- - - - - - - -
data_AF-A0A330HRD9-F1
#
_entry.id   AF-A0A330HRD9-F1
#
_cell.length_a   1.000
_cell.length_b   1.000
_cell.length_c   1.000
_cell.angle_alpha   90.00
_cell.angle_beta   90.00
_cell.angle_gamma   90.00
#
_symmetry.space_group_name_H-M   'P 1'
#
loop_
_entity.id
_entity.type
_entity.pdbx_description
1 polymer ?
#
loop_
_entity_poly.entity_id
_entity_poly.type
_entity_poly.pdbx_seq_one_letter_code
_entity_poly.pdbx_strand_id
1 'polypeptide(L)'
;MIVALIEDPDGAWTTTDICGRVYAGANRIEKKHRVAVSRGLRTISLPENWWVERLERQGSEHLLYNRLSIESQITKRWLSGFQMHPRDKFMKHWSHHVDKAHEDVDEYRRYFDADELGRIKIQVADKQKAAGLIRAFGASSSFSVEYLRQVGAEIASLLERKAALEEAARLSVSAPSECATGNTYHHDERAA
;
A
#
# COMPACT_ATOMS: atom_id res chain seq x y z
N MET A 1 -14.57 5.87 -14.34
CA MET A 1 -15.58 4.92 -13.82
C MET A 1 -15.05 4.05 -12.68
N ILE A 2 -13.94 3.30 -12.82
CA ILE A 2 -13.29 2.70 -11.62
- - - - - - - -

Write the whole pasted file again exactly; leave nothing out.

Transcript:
data_AF-A0A330HRD9-F1
#
_entry.id   AF-A0A330HRD9-F1
#
_cell.length_a   1.000
_cell.length_b   1.000
_cell.length_c   1.000
_cell.angle_alpha   90.00
_cell.angle_beta   90.00
_cell.angle_gamma   90.00
#
_symmetry.space_group_name_H-M   'P 1'
#
loop_
_entity.id
_entity.type
_entity.pdbx_description
1 polymer ?
#
loop_
_entity_poly.entity_id
_entity_poly.type
_entity_poly.pdbx_seq_one_letter_code
_entity_poly.pdbx_strand_id
1 'polypeptide(L)'
;MIVALIEDPDGAWTTTDICGRVYAGANRIEKKHRVAVSRGLRTISLPENWWVERLERQGSEHLLYNRLSIESQITKRWLSGFQMHPRDKFMKHWSHHVDKAHEDVDEYRRYFDADELGRIKIQVADKQKAAGLIRAFGASSSFSVEYLRQVGAEIASLLERKAALEEAARLSVSAPSECATGNTYHHDERAA
;
A
#
# COMPACT_ATOMS: atom_id res chain seq x y z
N MET A 1 -14.57 5.87 -14.34
CA MET A 1 -15.58 4.92 -13.82
C MET A 1 -15.05 4.05 -12.68
N ILE A 2 -13.94 3.30 -12.82
CA ILE A 2 -13.29 2.70 -11.62